Homeownership is often referred to as “the American Dream.” Pretty easy to understand why: Your home is your place and no one else’s.
But homeownership can really mess with your cash flow. In addition to the mortgage payment, you’re looking at the costs of repairs and maintenance (including yard work), higher utilities than you may be used to paying and likely the need to furnish additional rooms. All that can leave a person fairly cash-poor — especially if you’re wasting money without even knowing it.
Fortunately, a few savvy (and simple!) tactics could save you thousands of dollars.
Here are some of the big ways you could be wasting money on your piece of the American Dream.
1. Losing $1,400 a year on auto insurance
Next to your home, your car is likely the most expensive item you’ll buy. According to Kelley Blue Book, the average cost of a new car in 2021 was just over $46,000 — and it’s likely you’ll need to buy five or six cars during your lifetime, if not more.
Auto insurance is mandated in most states; even in the two that don’t require it, you’d be foolish not to protect such an expensive possession. Good coverage is essential — but you don’t need to overpay for it. Switching your auto insurance to Progressive could save you up to $700 a year; since most households have two cars, this can mean saving an extra $1,400 every year.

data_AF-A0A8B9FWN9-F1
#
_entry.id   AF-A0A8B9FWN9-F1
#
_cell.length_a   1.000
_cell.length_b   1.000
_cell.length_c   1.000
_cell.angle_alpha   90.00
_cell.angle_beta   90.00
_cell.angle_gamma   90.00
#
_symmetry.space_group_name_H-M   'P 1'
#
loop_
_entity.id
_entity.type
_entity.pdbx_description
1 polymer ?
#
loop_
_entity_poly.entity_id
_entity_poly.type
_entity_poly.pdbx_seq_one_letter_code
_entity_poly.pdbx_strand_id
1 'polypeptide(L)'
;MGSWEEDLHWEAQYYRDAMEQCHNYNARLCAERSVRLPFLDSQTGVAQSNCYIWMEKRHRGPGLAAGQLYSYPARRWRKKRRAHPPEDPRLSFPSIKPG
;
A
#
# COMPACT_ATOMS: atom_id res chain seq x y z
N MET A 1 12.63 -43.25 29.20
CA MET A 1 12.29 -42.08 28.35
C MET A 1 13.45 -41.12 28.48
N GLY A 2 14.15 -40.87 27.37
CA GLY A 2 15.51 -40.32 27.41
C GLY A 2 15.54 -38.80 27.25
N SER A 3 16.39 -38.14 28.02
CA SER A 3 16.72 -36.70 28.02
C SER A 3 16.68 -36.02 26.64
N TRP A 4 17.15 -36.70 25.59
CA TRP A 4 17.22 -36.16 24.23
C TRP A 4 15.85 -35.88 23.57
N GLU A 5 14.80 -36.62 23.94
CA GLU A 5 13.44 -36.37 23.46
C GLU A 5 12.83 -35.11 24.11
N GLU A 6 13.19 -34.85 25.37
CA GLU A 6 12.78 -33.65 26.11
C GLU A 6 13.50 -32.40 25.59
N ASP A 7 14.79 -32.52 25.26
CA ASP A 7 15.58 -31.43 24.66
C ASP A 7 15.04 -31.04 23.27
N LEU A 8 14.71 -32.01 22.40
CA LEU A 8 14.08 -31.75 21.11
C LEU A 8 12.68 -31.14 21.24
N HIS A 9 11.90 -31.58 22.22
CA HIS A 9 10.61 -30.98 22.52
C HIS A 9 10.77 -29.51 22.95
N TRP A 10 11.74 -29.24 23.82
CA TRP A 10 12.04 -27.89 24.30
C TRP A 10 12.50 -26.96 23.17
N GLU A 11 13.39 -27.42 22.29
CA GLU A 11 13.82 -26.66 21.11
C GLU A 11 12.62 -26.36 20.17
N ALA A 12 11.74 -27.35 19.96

Less money doesn’t mean less value. Progressive is known for great protection that’s tailored to your needs, and for its superior customer service. The company is also known for its hilarious TV commercials, but it’s the excellent coverage that keeps 18 million people coming back year after year.
Speaking of year after year: That $700 or $1,400 isn’t just a one-time thing. You’ll be saving that much every year. As a homeowner, you definitely have other places where that money can be used. Or put it toward long-term goals such as retirement or your kid’s education fund.
Protect your second-biggest investment and save big bucks — get your free quote today.
2. Flushing $8,256 down the drain every year
Mortgage rates are low right now. But here’s the thing: They won’t stay low. In fact, the Federal Reserve has hinted strongly at as many as four interest rate hikes in 2022.
Before that happens, ask yourself this: What could I do with an extra $8,256 a year, every year, until my mortgage is paid off?
That’s the sort of money you could save when you refinance with a mortgage lender called Better. On average, borrowers save $8,256 every …….